Doctors’ offices are clearly enhancing patients’ opportunities to interact with the offices online. Since 2012, the number of patients who say their doctor offers a particular online communication service has increased across the board. Most notably, one quarter (25%, up from 17% in 2012) of patients now indicate they have online access to their medical record, including doctor visits, prescriptions, test results and history. Email access to doctors has grown as well, from just 12% of patients indicating they had access in 2012 to one in five (19%) today.
KEY TAKEAWAY: The correlation between traffic for a healthcare site and ROI is proving more elusive as consumers spend more time debating various treatment options yet drugmakers continue down a path of “build it and they will come”. Think of the journey to treatment rather than just a digital component.
It is estimated that there are between 72-80 million in the demographic segment known as Millennials. They are digital natives that grew up with the Internet and they are more likely to shop for healthcare and switch providers if they don’t like what their healthcare providers. They are also influenced by reputation and advertising, but they will fact check health products.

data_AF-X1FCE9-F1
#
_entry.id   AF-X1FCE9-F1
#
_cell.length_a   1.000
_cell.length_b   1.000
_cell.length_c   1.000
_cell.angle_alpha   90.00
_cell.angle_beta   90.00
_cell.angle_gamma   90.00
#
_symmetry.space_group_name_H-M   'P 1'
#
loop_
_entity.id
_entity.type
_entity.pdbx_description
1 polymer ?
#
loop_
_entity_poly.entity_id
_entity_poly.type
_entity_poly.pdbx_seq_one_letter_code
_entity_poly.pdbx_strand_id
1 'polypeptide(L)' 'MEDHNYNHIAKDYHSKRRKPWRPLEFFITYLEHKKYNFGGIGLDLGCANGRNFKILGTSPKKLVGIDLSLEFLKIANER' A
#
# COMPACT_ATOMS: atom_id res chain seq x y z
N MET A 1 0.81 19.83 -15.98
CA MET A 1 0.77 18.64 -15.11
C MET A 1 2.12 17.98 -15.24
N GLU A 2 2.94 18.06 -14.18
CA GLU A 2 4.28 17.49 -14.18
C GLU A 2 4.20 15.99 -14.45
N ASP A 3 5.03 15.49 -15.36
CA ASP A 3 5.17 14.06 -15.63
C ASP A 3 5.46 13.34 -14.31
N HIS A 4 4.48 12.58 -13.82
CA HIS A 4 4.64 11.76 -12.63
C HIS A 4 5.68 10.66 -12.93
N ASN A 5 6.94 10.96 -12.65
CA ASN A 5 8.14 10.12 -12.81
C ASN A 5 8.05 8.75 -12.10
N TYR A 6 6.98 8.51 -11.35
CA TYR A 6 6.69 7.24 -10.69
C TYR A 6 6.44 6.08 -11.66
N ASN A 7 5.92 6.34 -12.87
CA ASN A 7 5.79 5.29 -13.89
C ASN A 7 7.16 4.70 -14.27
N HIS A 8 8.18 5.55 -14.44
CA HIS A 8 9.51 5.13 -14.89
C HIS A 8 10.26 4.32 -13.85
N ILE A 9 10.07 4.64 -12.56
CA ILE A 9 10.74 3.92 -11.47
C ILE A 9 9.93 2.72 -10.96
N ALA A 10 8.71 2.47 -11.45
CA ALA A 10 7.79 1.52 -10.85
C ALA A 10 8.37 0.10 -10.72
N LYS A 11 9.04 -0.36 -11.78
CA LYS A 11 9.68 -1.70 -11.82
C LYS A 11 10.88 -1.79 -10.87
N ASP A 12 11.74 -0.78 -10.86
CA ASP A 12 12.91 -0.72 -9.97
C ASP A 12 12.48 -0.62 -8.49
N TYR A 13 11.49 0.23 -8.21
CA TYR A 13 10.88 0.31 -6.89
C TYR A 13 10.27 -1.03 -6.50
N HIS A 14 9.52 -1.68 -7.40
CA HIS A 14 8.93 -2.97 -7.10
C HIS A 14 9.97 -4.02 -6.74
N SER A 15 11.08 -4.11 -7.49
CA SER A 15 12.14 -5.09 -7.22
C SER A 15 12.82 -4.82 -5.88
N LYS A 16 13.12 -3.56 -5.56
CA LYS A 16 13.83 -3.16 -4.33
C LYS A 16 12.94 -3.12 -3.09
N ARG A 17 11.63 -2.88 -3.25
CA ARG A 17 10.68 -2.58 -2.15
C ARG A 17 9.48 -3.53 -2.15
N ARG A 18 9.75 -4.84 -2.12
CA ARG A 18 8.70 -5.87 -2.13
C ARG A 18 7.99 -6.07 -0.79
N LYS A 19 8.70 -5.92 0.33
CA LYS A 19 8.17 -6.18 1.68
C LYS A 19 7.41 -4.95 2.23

KEY TAKEAWAY: According to research by Deloitte Consulting and the Gerson Lehrman Group (GLG), mobile apps published by pharma companies for physicians average just 100 to 5,000 installs in the Google Play store compared to 1m to 5m installs for apps targeting physicians published by third parties. Gee, ya think?
KEY SUMMARY: A large majority of Americans (82 percent) report seeing or hearing prescription drug advertisements, and 3 in 10 (28 percent) say they have talked with a doctor about the specific medicine they saw advertised. After talking to a doctor about a drug they saw, 15 percent of the public says the doctor recommended changes in their behavior or lifestyle, 14 percent say the doctor recommended a different prescription drug, 12 percent say they were given the drug they asked about, and 11 percent were instead recommended an over-the-counter option. Source: Kaiser Health Tracking Poll